A little more than two years ago I started cold-calling CALS faculty and instructional staff requesting no more than 25 minutes of their time. The first thing I asked the dozens of respondents who agreed to my conversational survey was: “What do you already do to introduce your students to the international aspects of your field?” Then I asked: “What would you do?” And then: “What would you need to do it?”
Their answers were as varied as the sometimes spontaneous, often revisited and always generous conversations I enjoyed over the next few months. Some wanted technical support to connect their classrooms with equivalent courses in other countries. Many were eager to host their international colleagues as guest lecturers. Some envisioned podcasts and websites designed to share relevant teaching resources. Still others conjured up entirely new majors, or a renewed system for rewarding teaching engagement across campus more generally. All of them were eager to tackle the challenge.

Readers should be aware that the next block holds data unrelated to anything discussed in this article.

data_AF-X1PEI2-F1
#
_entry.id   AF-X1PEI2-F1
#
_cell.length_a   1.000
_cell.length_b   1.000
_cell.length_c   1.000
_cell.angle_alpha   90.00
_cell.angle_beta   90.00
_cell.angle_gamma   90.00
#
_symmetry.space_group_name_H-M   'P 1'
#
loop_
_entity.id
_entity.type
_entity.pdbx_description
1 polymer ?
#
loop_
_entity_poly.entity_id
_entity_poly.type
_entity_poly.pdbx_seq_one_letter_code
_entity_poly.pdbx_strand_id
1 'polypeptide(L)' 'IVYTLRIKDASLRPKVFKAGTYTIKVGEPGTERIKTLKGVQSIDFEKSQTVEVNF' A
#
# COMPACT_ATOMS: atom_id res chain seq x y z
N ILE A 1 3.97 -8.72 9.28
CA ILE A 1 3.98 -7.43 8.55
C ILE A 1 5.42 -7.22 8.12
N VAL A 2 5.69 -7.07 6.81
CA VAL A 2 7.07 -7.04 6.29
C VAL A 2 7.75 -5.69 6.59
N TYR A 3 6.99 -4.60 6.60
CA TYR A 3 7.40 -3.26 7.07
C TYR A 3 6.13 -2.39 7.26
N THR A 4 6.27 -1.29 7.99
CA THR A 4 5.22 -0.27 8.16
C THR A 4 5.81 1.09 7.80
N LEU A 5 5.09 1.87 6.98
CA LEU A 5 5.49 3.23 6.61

In the end, three common needs stood out: more opportunities to collaborate with partners abroad; time to put new teaching projects together; and graduate student assistance to pull it off.
The CALS International Programs Office was prepared to meet those needs with a small awards program under the auspices of the campus-wide Madison Initiative for Undergraduates. International Programs director John Ferrick and undergraduate program development director Laura Van Toll conceived of the program to support science faculty interested in further introducing their students to the international aspects of their fields; I was brought on to help carry it out. We asked for “global learning outcomes” in the awards application so that we could learn the skills and perspectives instructors wanted their students to gain. And we gathered a group of faculty to evaluate and lend insight into the feasibility of their colleagues’ projects.